BH has had enough experience with the LAPD over the years to know what he’s talking about. “The LAPD used to stop me every day,” he says matter of factly. But some days are worse than others. This past November he was pulled over in Beverly Hills by a small army of cops for driving a car that police claimed was stolen. After holding him a gunpoint, police cleared BH of any wrongdoing, but the trauma of the incident still remains.

“They said I fit the description of a stolen car or some bullsh*t,” he says. “My mind state was like ‘BH, I know you been through it. Don’t make them shoot you.’ When they realized it was not me they let me go.”

“Police feel like they can do that sh*t,” says BH, still angry from the experience. “Come on bro. Something got to give. It’s so much sh*t goin’ on that we let slide and go under the rug.” Nipsey may not be around to lead the resistance to the pandemic of racism and police brutality, but his All Money In team is definitely out here making sure The Marathon don’t stop.

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Courtesy of Roc Nation

Premiere: Robin Thicke Keeps Love Alive With "Forever Mine"

The smooth sounds of R&B never get old. When it comes to the soothing tunes of Robin Thicke, they're no exception. To bring that heart-warming vibe to our days of self-quarantine, the soul singer is delivering a new track titled "Forever Mine."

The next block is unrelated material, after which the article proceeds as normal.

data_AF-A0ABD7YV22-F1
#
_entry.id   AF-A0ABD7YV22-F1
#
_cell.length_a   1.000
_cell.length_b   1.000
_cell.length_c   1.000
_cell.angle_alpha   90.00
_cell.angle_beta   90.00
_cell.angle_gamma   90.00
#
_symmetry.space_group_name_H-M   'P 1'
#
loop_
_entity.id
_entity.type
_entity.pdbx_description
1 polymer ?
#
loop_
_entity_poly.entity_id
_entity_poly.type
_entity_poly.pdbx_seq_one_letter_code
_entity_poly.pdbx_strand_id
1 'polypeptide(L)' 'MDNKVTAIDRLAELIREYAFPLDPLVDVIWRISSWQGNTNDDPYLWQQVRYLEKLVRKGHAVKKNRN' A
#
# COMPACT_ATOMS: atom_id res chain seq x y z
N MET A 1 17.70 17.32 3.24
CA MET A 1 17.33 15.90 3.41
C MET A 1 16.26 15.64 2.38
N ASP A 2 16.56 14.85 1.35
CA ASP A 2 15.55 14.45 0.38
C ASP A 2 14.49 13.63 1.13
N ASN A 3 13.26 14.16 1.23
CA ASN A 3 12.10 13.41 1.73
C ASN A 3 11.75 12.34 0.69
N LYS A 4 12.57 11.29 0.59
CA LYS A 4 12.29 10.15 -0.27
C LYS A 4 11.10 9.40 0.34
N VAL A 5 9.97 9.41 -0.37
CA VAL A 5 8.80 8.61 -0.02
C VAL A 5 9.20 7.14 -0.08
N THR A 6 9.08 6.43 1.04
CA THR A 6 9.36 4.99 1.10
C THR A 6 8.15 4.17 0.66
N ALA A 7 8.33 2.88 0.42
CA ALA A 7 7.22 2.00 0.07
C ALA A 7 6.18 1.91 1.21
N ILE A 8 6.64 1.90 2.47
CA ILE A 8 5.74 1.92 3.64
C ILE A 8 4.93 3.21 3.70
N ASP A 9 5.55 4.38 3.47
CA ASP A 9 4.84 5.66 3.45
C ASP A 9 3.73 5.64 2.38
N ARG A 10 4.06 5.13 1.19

As the piano, guitar, bass, saxophone, muted trumpet, and drums set the jazzy tempo, Thicke sings about holding on to the love of your life while keeping the romance alive. No matter how long it takes or what's going on in the world.

"Made for each other, feels like no other / Once in a lifetime, can't let a love like this pass you by," he croons. "Tell me your stories and I will tell you mine / I don’t mind living in paradise..."

"When you meet the perfect someone, you can’t let them slip away,” said Thicke to VIBE when asked about his new single. The 5-time Grammy Award nominee and The Masked Singer judge shared the personal significance of the new record, adding: “'Forever Mine’ was the last record I finished with Andre Harrell, my mentor, executive producer, and Godfather to my son Julian."

During BET and REVOLT's A Tribute to Andre Harrell: Mr. Champagne & Bubbles special on Sunday night, Thicke revealed that Harrell gave a "stamp of approval" for this single one week before his untimely passing and teased the song for viewers hear.

Play Robin Thicke's new record, "Forever Mine," which is slated to appear on his upcoming studio album.